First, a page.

MB Madaera
Lost 31.7 lbs fat
Built 11.7 lbs muscle


Chris Madaera
Built 9 lbs muscle


Keelan Parham
Lost 30 lbs fat
Built 4 lbs muscle


Bob Marchesello
Lost 23.55 lbs fat
Built 8.55 lbs muscle


Jeff Turner
Lost 25.5 lbs fat


Jeanenne Darden
Lost 26 lbs fat
Built 3 lbs muscle


Ted Tucker
Lost 41 lbs fat
Built 4 lbs muscle

 
 

Determine the Length of Your Workouts

Evaluate Your Progress

Keep Warm-Up in Perspective


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"Doing more exercise with less intensity,"
Arthur Jones believes, "has all but
destroyed the actual great value
of weight training. Something
must be done . . . and quickly."
The New Bodybuilding for
Old-School Results supplies
MUCH of that "something."

 

This is one of 93 photos of Andy McCutcheon that are used in The New High-Intensity Training to illustrate the recommended exercises.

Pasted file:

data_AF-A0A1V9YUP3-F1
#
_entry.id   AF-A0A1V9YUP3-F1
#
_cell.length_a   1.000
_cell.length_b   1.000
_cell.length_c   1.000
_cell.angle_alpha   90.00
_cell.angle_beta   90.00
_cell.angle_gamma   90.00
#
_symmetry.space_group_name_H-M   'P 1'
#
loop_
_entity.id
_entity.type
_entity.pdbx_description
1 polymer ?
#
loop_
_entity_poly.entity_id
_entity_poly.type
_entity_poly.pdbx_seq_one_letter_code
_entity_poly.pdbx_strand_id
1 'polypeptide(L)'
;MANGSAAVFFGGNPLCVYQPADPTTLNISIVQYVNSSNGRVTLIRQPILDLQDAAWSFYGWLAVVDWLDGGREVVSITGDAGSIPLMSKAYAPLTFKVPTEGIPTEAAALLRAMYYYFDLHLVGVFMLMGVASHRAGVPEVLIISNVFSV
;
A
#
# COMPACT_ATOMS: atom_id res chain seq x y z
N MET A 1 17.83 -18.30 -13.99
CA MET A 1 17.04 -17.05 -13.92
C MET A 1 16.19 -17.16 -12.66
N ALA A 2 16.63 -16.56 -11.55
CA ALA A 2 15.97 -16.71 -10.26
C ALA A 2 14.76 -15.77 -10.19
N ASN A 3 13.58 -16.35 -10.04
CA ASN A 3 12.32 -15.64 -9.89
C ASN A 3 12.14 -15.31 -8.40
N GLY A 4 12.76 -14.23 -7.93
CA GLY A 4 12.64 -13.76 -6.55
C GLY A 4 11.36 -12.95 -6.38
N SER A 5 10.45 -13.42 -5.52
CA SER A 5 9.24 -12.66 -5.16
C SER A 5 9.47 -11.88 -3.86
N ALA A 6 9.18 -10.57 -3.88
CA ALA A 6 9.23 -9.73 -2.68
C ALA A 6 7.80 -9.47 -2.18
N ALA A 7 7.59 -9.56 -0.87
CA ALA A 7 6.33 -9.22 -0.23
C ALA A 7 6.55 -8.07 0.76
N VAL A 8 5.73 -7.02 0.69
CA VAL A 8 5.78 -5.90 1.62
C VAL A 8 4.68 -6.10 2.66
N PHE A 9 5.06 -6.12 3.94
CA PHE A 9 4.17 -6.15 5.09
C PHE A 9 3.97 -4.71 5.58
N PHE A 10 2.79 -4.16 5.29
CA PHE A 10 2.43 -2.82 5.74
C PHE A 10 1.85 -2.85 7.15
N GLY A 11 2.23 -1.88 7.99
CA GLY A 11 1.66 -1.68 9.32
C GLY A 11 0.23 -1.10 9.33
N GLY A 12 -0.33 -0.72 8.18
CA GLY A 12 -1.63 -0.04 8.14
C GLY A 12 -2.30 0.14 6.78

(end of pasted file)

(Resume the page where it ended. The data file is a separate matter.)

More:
To find out more about McCutcheon and his training, click here.

 

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Old School Nutrition
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Tougher

Alberta, CAN

I've just finished reaing the new book and think it's great.

I was just wondering what the "old school" take on nutrition is? These days it seems that, along the lines of HVT, people basically recommend just eating a lot of food. Based on my weight, I've read calorie ranges anywhere from 2800 - 4000. Now, this is a pretty big range and I'm not looking for a specific number - there's too many individual variables involved and it's been touched on several times already on this site.

How did the old school body builders eat? Did they count calories or just eat sensibly? It seems as though they were able to stay relatively lean year round and still put on size.

Thanks for any help.

Ben
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DrFist

Pretty sure they just ate when they were hungry. I'm not sure there's much innovation that can be done in the way of nutrition, meat is meat and vegies are vegies.
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